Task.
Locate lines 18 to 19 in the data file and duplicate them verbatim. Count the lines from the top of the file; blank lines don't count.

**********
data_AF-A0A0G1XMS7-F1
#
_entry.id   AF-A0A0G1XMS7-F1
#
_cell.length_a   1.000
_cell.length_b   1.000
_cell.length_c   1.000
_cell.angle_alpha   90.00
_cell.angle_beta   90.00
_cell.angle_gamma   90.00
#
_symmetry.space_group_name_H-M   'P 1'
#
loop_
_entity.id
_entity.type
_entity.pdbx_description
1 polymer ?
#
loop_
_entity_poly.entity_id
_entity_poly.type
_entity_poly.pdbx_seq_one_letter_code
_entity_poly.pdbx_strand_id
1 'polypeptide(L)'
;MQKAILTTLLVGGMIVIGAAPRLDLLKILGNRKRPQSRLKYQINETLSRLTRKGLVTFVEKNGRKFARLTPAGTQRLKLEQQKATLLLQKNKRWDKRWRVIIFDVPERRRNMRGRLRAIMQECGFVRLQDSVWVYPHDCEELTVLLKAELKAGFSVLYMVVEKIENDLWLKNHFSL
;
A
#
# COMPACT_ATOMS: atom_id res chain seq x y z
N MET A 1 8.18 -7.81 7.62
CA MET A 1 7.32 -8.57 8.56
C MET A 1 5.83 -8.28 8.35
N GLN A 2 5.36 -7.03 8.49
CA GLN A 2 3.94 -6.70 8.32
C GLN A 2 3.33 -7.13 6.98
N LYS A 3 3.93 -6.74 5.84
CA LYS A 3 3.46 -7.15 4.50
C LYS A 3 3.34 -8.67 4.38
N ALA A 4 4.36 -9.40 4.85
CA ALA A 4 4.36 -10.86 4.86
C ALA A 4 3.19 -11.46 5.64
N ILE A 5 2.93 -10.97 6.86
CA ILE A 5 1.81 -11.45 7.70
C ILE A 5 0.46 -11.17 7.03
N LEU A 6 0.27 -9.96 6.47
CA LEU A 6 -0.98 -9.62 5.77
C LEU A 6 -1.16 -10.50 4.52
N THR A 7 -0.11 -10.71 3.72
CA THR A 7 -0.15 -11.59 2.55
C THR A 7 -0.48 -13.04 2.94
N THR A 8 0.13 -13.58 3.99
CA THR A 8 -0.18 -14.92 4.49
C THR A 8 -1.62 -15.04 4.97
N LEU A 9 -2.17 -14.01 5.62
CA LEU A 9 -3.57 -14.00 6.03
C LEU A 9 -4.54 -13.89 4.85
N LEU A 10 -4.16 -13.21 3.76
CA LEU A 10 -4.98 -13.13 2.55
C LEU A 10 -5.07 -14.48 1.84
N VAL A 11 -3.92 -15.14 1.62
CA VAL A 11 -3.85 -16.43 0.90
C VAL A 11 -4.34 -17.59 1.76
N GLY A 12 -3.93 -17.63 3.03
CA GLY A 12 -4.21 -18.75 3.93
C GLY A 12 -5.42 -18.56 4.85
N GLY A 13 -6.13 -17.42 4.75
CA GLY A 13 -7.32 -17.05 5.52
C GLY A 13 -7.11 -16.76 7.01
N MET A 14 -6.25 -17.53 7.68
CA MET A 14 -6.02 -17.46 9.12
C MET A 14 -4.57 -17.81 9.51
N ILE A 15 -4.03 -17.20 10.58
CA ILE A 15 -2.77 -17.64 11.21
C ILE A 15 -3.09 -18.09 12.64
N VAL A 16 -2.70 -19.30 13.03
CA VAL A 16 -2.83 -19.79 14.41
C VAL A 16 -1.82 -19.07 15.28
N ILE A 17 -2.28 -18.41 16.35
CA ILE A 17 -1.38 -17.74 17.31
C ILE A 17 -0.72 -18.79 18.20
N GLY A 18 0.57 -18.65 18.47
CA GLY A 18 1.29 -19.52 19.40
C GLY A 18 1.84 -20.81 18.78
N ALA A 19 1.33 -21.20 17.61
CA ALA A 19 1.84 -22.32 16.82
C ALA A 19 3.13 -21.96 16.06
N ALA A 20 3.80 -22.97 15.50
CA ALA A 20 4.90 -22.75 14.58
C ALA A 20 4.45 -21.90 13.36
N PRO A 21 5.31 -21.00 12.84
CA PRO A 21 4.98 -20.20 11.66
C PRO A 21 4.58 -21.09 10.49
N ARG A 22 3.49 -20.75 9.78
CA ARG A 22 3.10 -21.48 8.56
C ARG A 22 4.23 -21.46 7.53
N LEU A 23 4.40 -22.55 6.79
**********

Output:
1 polymer ?
#